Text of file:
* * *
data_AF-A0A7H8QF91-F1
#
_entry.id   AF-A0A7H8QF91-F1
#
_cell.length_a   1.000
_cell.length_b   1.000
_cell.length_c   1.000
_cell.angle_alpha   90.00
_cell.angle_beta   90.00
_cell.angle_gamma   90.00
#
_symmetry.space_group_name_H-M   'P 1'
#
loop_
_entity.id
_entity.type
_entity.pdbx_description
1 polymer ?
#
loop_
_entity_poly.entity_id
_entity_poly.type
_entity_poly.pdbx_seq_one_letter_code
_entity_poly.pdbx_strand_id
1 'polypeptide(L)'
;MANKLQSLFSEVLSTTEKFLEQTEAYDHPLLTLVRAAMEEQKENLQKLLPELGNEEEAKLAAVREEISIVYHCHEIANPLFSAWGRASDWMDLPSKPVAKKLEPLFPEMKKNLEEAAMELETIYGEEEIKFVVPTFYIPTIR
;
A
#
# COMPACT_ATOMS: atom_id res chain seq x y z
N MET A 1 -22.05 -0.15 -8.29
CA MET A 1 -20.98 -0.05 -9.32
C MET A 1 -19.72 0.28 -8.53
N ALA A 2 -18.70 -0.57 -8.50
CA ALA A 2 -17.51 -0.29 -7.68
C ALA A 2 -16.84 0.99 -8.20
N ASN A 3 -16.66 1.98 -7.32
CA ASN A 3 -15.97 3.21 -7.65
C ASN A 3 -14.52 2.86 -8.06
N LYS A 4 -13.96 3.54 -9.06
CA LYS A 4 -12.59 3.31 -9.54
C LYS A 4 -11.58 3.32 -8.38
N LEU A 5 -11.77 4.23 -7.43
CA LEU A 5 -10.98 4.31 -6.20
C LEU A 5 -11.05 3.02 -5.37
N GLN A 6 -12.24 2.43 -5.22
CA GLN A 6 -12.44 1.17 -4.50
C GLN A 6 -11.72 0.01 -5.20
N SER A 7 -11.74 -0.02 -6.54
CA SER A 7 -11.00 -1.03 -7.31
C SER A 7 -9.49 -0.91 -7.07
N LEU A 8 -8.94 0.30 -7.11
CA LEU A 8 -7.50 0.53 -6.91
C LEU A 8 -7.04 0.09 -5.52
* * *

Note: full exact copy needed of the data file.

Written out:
data_AF-A0A7H8QF91-F1
#
_entry.id   AF-A0A7H8QF91-F1
#
_cell.length_a   1.000
_cell.length_b   1.000
_cell.length_c   1.000
_cell.angle_alpha   90.00
_cell.angle_beta   90.00
_cell.angle_gamma   90.00
#
_symmetry.space_group_name_H-M   'P 1'
#
loop_
_entity.id
_entity.type
_entity.pdbx_description
1 polymer ?
#
loop_
_entity_poly.entity_id
_entity_poly.type
_entity_poly.pdbx_seq_one_letter_code
_entity_poly.pdbx_strand_id
1 'polypeptide(L)'
;MANKLQSLFSEVLSTTEKFLEQTEAYDHPLLTLVRAAMEEQKENLQKLLPELGNEEEAKLAAVREEISIVYHCHEIANPLFSAWGRASDWMDLPSKPVAKKLEPLFPEMKKNLEEAAMELETIYGEEEIKFVVPTFYIPTIR
;
A
#
# COMPACT_ATOMS: atom_id res chain seq x y z
N MET A 1 -22.05 -0.15 -8.29
CA MET A 1 -20.98 -0.05 -9.32
C MET A 1 -19.72 0.28 -8.53
N ALA A 2 -18.70 -0.57 -8.50
CA ALA A 2 -17.51 -0.29 -7.68
C ALA A 2 -16.84 0.99 -8.20
N ASN A 3 -16.66 1.98 -7.32
CA ASN A 3 -15.97 3.21 -7.65
C ASN A 3 -14.52 2.86 -8.06
N LYS A 4 -13.96 3.54 -9.06
CA LYS A 4 -12.59 3.31 -9.54
C LYS A 4 -11.58 3.32 -8.38
N LEU A 5 -11.77 4.23 -7.43
CA LEU A 5 -10.98 4.31 -6.20
C LEU A 5 -11.05 3.02 -5.37
N GLN A 6 -12.24 2.43 -5.22
CA GLN A 6 -12.44 1.17 -4.50
C GLN A 6 -11.72 0.01 -5.20
N SER A 7 -11.74 -0.02 -6.54
CA SER A 7 -11.00 -1.03 -7.31
C SER A 7 -9.49 -0.91 -7.07
N LEU A 8 -8.94 0.30 -7.11
CA LEU A 8 -7.50 0.53 -6.91
C LEU A 8 -7.04 0.09 -5.52